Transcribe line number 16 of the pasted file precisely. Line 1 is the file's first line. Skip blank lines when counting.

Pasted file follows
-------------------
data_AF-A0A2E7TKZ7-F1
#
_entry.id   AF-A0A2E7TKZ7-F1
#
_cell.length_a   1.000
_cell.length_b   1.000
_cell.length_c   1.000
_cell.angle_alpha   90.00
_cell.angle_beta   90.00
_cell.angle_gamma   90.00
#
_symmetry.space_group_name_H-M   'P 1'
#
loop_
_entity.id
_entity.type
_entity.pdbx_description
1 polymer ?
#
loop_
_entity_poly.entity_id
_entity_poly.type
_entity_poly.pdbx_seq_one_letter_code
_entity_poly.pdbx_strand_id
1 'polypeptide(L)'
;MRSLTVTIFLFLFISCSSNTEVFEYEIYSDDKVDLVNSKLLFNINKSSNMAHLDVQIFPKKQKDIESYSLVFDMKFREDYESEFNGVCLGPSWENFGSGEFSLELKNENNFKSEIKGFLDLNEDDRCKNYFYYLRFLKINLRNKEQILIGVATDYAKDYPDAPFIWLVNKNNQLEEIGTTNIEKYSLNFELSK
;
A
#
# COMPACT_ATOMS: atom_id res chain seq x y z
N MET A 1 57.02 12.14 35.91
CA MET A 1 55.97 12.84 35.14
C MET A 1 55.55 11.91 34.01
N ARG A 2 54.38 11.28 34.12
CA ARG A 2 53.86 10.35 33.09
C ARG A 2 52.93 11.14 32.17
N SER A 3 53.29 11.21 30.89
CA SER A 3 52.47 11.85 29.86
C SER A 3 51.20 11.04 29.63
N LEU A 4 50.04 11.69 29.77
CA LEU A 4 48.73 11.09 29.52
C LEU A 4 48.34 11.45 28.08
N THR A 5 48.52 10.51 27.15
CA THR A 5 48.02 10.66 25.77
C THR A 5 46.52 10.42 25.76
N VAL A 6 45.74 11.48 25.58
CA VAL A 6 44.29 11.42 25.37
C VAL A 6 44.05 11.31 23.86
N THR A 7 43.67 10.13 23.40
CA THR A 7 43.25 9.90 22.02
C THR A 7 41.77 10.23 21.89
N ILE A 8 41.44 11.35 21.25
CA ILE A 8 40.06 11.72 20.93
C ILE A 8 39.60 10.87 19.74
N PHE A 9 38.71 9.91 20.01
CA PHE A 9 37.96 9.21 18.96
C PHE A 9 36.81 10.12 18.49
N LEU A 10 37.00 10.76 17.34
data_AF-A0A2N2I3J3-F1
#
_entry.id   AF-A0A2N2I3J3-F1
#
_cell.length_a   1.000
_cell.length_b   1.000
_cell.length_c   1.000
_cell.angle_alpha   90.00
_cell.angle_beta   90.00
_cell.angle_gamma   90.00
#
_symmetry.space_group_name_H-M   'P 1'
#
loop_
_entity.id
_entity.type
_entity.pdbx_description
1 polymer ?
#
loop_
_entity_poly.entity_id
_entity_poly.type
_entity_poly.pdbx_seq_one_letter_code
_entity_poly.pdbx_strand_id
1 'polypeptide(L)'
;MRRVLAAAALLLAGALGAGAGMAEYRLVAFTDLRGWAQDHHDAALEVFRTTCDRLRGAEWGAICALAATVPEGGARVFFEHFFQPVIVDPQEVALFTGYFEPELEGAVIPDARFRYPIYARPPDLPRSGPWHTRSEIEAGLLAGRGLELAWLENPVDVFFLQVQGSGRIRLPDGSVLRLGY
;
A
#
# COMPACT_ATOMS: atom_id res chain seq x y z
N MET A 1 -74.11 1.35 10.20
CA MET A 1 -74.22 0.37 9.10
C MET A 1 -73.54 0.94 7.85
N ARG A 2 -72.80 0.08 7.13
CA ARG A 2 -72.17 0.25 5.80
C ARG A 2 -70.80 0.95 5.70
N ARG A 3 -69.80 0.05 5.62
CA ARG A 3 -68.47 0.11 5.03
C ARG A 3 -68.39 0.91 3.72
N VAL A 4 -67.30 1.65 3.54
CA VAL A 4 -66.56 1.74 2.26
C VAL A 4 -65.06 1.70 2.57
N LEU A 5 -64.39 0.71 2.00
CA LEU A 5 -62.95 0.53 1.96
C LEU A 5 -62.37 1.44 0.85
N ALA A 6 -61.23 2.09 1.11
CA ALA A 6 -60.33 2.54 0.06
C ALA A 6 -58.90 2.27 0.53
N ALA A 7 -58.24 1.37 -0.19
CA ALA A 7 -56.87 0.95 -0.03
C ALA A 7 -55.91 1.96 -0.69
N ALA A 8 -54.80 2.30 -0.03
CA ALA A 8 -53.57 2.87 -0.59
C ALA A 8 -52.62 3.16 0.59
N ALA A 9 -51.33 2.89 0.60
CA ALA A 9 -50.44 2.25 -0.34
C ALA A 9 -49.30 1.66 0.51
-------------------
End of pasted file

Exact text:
_entity.type